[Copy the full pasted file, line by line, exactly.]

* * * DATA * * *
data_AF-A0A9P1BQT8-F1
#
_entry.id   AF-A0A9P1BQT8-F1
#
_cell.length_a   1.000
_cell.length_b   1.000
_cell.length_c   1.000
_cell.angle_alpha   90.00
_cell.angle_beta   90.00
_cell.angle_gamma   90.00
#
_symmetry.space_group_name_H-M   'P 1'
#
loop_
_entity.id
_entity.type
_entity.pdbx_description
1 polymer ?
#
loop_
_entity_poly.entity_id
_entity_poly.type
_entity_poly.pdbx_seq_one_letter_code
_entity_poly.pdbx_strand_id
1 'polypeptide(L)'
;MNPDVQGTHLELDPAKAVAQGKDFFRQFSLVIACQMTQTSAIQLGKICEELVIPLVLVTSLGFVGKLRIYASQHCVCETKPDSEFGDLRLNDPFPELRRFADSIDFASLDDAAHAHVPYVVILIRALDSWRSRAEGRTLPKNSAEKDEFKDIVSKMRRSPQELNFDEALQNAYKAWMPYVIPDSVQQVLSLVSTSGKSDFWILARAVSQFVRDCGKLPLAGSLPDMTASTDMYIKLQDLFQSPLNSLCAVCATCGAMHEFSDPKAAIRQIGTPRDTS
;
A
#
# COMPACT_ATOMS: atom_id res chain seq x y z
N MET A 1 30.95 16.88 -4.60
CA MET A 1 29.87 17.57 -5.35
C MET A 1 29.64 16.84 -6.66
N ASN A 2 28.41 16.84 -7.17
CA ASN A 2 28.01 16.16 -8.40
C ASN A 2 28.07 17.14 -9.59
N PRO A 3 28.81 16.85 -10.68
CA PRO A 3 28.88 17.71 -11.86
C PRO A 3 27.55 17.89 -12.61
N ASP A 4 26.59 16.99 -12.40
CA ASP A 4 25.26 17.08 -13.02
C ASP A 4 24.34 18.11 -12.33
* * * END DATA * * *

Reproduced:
data_AF-A0A9P1BQT8-F1
#
_entry.id   AF-A0A9P1BQT8-F1
#
_cell.length_a   1.000
_cell.length_b   1.000
_cell.length_c   1.000
_cell.angle_alpha   90.00
_cell.angle_beta   90.00
_cell.angle_gamma   90.00
#
_symmetry.space_group_name_H-M   'P 1'
#
loop_
_entity.id
_entity.type
_entity.pdbx_description
1 polymer ?
#
loop_
_entity_poly.entity_id
_entity_poly.type
_entity_poly.pdbx_seq_one_letter_code
_entity_poly.pdbx_strand_id
1 'polypeptide(L)'
;MNPDVQGTHLELDPAKAVAQGKDFFRQFSLVIACQMTQTSAIQLGKICEELVIPLVLVTSLGFVGKLRIYASQHCVCETKPDSEFGDLRLNDPFPELRRFADSIDFASLDDAAHAHVPYVVILIRALDSWRSRAEGRTLPKNSAEKDEFKDIVSKMRRSPQELNFDEALQNAYKAWMPYVIPDSVQQVLSLVSTSGKSDFWILARAVSQFVRDCGKLPLAGSLPDMTASTDMYIKLQDLFQSPLNSLCAVCATCGAMHEFSDPKAAIRQIGTPRDTS
;
A
#
# COMPACT_ATOMS: atom_id res chain seq x y z
N MET A 1 30.95 16.88 -4.60
CA MET A 1 29.87 17.57 -5.35
C MET A 1 29.64 16.84 -6.66
N ASN A 2 28.41 16.84 -7.17
CA ASN A 2 28.01 16.16 -8.40
C ASN A 2 28.07 17.14 -9.59
N PRO A 3 28.81 16.85 -10.68
CA PRO A 3 28.88 17.71 -11.86
C PRO A 3 27.55 17.89 -12.61
N ASP A 4 26.59 16.99 -12.40
CA ASP A 4 25.26 17.08 -13.02
C ASP A 4 24.34 18.11 -12.33